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      05-17-2013, 03:07 PM   #1
WERKE
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o2 sensors

Hi,

I need to replace the O2 sensors on the primary catalyst, I did a search, I know there are 2 different (front-rear), but I'm not sure if it takes 2 of each?

REGULATING LAMBDA PROBE L= 340MM
11787537984

Lambda probe, black L= 325MM
11787539125

Thank you guy's
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      05-18-2013, 06:56 AM   #2
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Quote:
Originally Posted by WERKE View Post
Hi,

I need to replace the O2 sensors on the primary catalyst, I did a search, I know there are 2 different (front-rear), but I'm not sure if it takes 2 of each?

REGULATING LAMBDA PROBE L= 340MM
11787537984

Lambda probe, black L= 325MM
11787539125

Thank you guy's

REGULATING LAMBDA PROBE = front O2 sensor

Lambda probe, black L = rear O2 sensor

Looks like the front is about $220 and rear is $210 from tischer.
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      05-18-2013, 10:52 AM   #3
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Originally Posted by metro44m3 View Post
REGULATING LAMBDA PROBE = front O2 sensor

Lambda probe, black L = rear O2 sensor

Looks like the front is about $220 and rear is $210 from tischer.
Yes, thank you for the clarification, but I wonder whether those two front sensors? on the ECS website, it is said it takes two


http://www.ecstuning.com/Search/11787537984/ES2628626/
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      05-18-2013, 11:46 PM   #4
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Quote:
Originally Posted by WERKE View Post
Yes, thank you for the clarification, but I wonder whether those two front sensors? on the ECS website, it is said it takes two


http://www.ecstuning.com/Search/11787537984/ES2628626/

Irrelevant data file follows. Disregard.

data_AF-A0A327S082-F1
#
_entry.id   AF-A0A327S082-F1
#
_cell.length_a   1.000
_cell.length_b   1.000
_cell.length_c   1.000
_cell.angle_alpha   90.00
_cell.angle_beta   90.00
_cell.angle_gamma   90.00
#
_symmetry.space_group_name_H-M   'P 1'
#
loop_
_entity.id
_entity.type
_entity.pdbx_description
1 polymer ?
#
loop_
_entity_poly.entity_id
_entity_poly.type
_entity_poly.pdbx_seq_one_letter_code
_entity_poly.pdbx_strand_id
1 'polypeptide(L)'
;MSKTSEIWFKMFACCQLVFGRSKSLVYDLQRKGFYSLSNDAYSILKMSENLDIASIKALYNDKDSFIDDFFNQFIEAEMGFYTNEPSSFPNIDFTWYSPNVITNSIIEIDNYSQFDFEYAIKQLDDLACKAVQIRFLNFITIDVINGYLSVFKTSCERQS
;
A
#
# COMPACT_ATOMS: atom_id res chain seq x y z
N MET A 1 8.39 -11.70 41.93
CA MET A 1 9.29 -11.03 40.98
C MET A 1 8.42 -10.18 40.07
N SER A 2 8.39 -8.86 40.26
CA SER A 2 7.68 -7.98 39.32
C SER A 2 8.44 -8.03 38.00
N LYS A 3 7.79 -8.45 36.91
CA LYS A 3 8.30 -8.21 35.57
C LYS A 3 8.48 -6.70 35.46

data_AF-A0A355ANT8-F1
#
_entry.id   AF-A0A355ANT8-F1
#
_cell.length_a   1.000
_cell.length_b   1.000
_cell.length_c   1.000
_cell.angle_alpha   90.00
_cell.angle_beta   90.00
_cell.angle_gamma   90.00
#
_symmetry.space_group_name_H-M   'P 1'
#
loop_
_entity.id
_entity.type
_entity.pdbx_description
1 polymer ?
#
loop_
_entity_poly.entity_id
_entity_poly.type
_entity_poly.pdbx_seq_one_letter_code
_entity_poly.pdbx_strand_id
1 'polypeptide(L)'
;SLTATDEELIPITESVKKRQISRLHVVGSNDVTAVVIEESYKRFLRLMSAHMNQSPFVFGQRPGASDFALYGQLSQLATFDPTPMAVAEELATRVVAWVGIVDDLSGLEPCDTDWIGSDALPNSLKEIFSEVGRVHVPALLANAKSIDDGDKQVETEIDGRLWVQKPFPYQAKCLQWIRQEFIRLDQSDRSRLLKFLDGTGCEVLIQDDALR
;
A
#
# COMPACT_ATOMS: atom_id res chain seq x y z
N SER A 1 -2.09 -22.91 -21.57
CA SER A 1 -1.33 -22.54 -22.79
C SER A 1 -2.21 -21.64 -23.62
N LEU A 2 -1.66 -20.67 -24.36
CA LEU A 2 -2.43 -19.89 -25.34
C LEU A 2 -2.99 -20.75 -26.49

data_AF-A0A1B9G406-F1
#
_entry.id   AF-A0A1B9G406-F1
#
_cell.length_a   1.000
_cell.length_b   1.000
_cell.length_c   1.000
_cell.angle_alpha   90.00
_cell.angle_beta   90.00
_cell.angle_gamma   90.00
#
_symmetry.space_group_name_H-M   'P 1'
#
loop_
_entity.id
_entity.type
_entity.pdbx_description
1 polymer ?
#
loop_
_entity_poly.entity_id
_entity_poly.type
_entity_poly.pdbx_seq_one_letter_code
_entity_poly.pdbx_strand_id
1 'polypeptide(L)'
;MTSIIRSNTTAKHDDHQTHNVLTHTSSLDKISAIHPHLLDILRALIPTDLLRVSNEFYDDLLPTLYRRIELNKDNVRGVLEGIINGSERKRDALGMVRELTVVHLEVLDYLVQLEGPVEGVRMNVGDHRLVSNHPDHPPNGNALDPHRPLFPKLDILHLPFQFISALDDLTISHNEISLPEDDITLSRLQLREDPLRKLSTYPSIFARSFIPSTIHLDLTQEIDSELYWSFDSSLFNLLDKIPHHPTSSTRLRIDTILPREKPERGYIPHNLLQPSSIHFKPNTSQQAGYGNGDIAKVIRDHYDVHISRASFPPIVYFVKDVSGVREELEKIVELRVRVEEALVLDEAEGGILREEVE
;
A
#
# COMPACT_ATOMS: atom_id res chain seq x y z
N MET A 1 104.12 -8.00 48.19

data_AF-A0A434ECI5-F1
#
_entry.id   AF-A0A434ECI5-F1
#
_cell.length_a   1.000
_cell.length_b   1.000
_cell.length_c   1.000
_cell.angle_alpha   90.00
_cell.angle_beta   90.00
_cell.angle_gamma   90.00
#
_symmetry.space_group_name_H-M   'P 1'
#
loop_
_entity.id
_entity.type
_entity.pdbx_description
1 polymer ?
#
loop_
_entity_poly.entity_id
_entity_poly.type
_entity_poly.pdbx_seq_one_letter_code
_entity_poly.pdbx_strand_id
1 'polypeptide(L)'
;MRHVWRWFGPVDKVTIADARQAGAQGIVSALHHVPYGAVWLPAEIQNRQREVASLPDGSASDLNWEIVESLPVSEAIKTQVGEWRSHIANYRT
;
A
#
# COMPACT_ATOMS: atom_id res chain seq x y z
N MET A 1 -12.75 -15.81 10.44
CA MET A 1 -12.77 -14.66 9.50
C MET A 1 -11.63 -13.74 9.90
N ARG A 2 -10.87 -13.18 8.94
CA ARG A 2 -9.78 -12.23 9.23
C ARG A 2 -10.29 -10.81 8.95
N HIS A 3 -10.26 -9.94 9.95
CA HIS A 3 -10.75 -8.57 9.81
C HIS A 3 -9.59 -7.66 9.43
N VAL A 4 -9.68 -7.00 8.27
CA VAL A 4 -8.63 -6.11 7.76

There are left bank and right bank primary sensors (up-stream before the cats). There are 4 sensors total 2 pre-cat and 2 post-cat.

The OBD II code will provide you with a "Bank 1 Sensor 1" or "Bank 2 Sensor 1" location. Sensor codes do not always mean the sensor is bad. So sensor testing or the other engine codes might point you in the right direction when trouble-shooting. How did you decide to replace the sensors?

Examples:
1. In class I have had rabbits eat the sensor wires on school lab vehicles parked outside. Sometimes you can repair the wire using good soldering methods. Sometimes they eat the wire right at the sensor creating a un-repairable sensor.

2. If you have a lean bank of cylinders the O2 sensor code might indicate there is something like a vacuum leak that replacing the sensor will not fix.
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      05-21-2013, 09:09 PM   #5
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Originally Posted by kenwelch View Post
There are left bank and right bank primary sensors (up-stream before the cats). There are 4 sensors total 2 pre-cat and 2 post-cat.

The OBD II code will provide you with a "Bank 1 Sensor 1" or "Bank 2 Sensor 1" location. Sensor codes do not always mean the sensor is bad. So sensor testing or the other engine codes might point you in the right direction when trouble-shooting. How did you decide to replace the sensors?

Examples:
1. In class I have had rabbits eat the sensor wires on school lab vehicles parked outside. Sometimes you can repair the wire using good soldering methods. Sometimes they eat the wire right at the sensor creating a un-repairable sensor.

2. If you have a lean bank of cylinders the O2 sensor code might indicate there is something like a vacuum leak that replacing the sensor will not fix.

Perfect, thank you for the answer. For that is why I want to replace the o2 sensors is that someone on the forum told me to fix a problem with my M3 at low speed (-1500rpm) when I jump on the gas pedal, the car takes some time to react, as if the car hesitated a moment before accelerating. Also, past 6000 rpm, it seems that the strength of the acceleration is less than before, as if to 6000 rpm it had reached its maximum power..someone has suggested that I replace the o2 sensors on the primary catalysts and also replace the spark plugs.